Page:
GM still owes the government about $25 billion. But many workers in Ohio and elsewhere consider the auto bailout a success.
It affected thousands of businesses, some of them fairly small, that make products that go into vehicles, new and used. Jeff Gase, a UAW union member who introduced Obama at a Columbus rally last week, credited the president with saving the paint company where he works. "Mom and pop body shops" buy the paint, Gase said, and now his plant is running "full steam ahead."
Romney notes that many Ohio car dealerships went out of business during the industry reorganization.
But he is having trouble connecting with middle-class Ohioans, said Tony Tenorio, who hears political conversations in his job as an Applebee's restaurant manager. In June, when he worked in Elyria, Tenorio said many Ohio residents seemed ready to bail on Obama. Now, working at an Applebee's in the more affluent town of West Lake, Tenorio says those same people seem unmoved by Romney.
The Washington Post poll showed that 36 percent of all Ohio voters said they had been contacted by the Obama campaign, and 29 percent said they had heard from Romney's camp.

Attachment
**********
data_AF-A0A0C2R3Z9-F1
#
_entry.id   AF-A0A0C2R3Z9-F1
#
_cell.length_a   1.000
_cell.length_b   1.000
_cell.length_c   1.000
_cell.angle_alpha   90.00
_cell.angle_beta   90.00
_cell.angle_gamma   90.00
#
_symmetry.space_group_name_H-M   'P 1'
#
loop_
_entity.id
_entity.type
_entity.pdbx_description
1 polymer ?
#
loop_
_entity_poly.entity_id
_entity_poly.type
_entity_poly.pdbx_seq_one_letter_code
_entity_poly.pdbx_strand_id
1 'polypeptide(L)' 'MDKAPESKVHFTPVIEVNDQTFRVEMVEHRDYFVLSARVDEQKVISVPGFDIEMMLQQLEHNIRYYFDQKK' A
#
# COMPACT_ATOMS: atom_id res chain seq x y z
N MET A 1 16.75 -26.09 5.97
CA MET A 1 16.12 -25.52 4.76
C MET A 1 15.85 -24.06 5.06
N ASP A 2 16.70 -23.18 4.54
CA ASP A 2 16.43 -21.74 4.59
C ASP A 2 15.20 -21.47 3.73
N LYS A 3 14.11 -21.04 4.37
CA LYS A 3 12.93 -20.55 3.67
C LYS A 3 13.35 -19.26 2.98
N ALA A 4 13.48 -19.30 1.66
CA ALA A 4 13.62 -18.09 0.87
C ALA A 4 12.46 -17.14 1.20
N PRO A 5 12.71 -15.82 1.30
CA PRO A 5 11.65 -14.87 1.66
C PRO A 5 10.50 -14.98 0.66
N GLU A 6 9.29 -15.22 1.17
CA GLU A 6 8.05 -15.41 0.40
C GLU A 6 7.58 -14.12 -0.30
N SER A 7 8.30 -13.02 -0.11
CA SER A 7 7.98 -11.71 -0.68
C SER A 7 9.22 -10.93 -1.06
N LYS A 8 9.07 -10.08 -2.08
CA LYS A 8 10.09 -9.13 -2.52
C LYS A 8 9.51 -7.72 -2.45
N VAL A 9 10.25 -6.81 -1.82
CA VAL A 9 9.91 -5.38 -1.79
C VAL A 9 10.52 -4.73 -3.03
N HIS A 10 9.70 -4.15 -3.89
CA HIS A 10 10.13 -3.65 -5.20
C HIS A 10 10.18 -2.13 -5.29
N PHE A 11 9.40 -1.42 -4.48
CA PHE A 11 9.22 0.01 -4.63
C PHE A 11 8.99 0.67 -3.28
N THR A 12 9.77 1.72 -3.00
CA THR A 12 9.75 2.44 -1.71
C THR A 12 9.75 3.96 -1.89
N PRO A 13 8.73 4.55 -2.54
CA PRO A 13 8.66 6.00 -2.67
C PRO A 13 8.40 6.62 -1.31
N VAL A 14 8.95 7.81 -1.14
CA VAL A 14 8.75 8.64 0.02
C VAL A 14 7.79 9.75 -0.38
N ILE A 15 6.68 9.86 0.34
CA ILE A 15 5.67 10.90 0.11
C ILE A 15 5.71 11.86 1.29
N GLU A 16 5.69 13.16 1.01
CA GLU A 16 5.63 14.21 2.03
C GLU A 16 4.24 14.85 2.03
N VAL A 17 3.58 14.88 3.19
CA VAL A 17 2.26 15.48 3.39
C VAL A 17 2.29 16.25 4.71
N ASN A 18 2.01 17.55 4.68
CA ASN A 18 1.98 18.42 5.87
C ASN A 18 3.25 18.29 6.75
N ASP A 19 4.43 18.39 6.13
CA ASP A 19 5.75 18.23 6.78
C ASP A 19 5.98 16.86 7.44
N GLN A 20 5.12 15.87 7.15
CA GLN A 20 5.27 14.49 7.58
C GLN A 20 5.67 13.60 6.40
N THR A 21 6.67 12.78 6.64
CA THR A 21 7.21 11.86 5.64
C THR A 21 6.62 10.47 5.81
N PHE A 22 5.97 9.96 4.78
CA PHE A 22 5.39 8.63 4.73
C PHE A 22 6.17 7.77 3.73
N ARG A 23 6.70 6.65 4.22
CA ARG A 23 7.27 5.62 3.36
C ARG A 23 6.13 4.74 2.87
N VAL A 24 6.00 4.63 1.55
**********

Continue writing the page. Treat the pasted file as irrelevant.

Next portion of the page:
Romney campaign political director Rich Beeson told reporters Tuesday that Romney's campaign has 40 offices in Ohio to Obama's 100, but he said Republicans are keeping pace.
"We have an equal number of contacts on the ground," Beeson said. He urged reporters and others to "take into account the quality of the contacts, the number of contacts, not just the staff and offices."
Beeson said Romney has one pitch for all of Ohio's voters: America can't afford four more years of Obama. "We don't have to go in and package a message to different groups," Beeson said.
Pro-Romney TV ads, however, target voters in the coal-rich eastern part of the state with spots criticizing Obama's environmental regulations affecting coal-fired power plants. And other Ohio working-class voters are courted in GOP ads saying Obama hasn't been tough enough on China's protection of its exporters.
Obama is airing ads disputing both claims.
Babington reported from Washington.
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